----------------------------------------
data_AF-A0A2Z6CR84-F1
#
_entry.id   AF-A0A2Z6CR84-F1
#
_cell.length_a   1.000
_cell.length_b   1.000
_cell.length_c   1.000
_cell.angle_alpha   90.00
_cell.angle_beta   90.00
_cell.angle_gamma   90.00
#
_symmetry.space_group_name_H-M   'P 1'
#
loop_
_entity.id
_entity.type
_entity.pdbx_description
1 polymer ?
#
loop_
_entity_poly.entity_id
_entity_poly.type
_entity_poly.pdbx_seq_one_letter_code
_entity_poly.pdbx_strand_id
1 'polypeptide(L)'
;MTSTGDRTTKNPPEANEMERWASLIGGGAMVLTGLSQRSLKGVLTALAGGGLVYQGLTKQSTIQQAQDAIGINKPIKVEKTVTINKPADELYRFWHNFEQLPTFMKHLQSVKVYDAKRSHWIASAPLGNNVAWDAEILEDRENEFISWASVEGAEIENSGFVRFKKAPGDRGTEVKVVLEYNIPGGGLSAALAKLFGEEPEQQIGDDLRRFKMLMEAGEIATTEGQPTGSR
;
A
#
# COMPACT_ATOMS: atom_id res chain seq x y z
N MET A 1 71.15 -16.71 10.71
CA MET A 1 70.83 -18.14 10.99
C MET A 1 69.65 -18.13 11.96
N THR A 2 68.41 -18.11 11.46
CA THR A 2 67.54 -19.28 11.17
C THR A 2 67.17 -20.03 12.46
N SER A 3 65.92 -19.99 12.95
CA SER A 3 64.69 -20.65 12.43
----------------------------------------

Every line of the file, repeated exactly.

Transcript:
data_AF-A0A2Z6CR84-F1
#
_entry.id   AF-A0A2Z6CR84-F1
#
_cell.length_a   1.000
_cell.length_b   1.000
_cell.length_c   1.000
_cell.angle_alpha   90.00
_cell.angle_beta   90.00
_cell.angle_gamma   90.00
#
_symmetry.space_group_name_H-M   'P 1'
#
loop_
_entity.id
_entity.type
_entity.pdbx_description
1 polymer ?
#
loop_
_entity_poly.entity_id
_entity_poly.type
_entity_poly.pdbx_seq_one_letter_code
_entity_poly.pdbx_strand_id
1 'polypeptide(L)'
;MTSTGDRTTKNPPEANEMERWASLIGGGAMVLTGLSQRSLKGVLTALAGGGLVYQGLTKQSTIQQAQDAIGINKPIKVEKTVTINKPADELYRFWHNFEQLPTFMKHLQSVKVYDAKRSHWIASAPLGNNVAWDAEILEDRENEFISWASVEGAEIENSGFVRFKKAPGDRGTEVKVVLEYNIPGGGLSAALAKLFGEEPEQQIGDDLRRFKMLMEAGEIATTEGQPTGSR
;
A
#
# COMPACT_ATOMS: atom_id res chain seq x y z
N MET A 1 71.15 -16.71 10.71
CA MET A 1 70.83 -18.14 10.99
C MET A 1 69.65 -18.13 11.96
N THR A 2 68.41 -18.11 11.46
CA THR A 2 67.54 -19.28 11.17
C THR A 2 67.17 -20.03 12.46
N SER A 3 65.92 -19.99 12.95
CA SER A 3 64.69 -20.65 12.43